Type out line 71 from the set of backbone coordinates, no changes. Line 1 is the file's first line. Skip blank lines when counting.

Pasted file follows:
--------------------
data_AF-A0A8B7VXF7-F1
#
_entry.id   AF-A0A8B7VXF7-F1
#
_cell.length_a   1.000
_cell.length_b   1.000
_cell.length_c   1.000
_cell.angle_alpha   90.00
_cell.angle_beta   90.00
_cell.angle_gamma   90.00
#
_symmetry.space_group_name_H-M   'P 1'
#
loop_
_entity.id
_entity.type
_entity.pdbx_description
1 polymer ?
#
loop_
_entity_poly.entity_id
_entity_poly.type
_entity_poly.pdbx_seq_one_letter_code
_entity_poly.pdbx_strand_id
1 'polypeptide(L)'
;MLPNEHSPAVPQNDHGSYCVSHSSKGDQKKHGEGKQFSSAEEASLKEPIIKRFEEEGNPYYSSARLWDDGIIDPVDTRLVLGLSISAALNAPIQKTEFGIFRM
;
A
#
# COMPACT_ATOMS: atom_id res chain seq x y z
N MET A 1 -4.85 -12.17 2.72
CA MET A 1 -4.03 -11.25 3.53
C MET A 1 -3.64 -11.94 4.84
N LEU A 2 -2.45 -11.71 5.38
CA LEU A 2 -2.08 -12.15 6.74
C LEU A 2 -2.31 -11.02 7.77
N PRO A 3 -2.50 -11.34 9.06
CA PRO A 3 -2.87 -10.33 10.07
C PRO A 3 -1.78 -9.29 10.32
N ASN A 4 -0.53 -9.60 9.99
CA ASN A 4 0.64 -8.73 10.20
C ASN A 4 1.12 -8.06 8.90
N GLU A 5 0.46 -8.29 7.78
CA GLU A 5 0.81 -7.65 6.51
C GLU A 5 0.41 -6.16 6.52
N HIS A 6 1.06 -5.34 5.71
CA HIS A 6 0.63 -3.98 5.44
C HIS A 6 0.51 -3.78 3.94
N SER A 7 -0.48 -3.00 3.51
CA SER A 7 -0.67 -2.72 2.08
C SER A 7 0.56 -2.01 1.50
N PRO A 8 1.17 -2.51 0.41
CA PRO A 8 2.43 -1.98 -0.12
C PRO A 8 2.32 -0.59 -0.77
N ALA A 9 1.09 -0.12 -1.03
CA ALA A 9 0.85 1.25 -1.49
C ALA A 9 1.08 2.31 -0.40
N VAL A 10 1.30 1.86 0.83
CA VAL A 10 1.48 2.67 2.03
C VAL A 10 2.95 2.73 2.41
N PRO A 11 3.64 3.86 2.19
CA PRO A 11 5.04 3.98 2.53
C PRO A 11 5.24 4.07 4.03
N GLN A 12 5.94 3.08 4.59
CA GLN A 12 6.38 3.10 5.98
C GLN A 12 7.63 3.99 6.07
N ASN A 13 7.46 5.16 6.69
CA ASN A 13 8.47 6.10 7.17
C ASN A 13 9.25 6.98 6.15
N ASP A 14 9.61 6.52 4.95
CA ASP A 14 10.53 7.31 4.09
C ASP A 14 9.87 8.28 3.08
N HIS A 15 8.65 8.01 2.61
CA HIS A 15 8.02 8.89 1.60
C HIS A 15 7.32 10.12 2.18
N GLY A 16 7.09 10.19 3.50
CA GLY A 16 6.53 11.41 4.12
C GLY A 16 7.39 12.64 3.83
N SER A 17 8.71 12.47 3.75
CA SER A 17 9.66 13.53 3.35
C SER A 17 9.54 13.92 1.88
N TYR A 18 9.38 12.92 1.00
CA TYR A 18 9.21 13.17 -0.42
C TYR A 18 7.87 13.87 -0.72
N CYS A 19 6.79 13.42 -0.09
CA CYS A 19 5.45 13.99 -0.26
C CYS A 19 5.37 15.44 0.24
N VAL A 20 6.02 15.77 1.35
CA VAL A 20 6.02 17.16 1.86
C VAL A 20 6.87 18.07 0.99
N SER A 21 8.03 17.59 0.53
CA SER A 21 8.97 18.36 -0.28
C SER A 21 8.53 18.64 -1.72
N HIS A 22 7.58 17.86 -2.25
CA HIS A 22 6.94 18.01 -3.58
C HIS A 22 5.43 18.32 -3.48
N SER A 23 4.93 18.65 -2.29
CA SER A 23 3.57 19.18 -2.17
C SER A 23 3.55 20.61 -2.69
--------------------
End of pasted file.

CA ASP A 14 10.53 7.31 4.09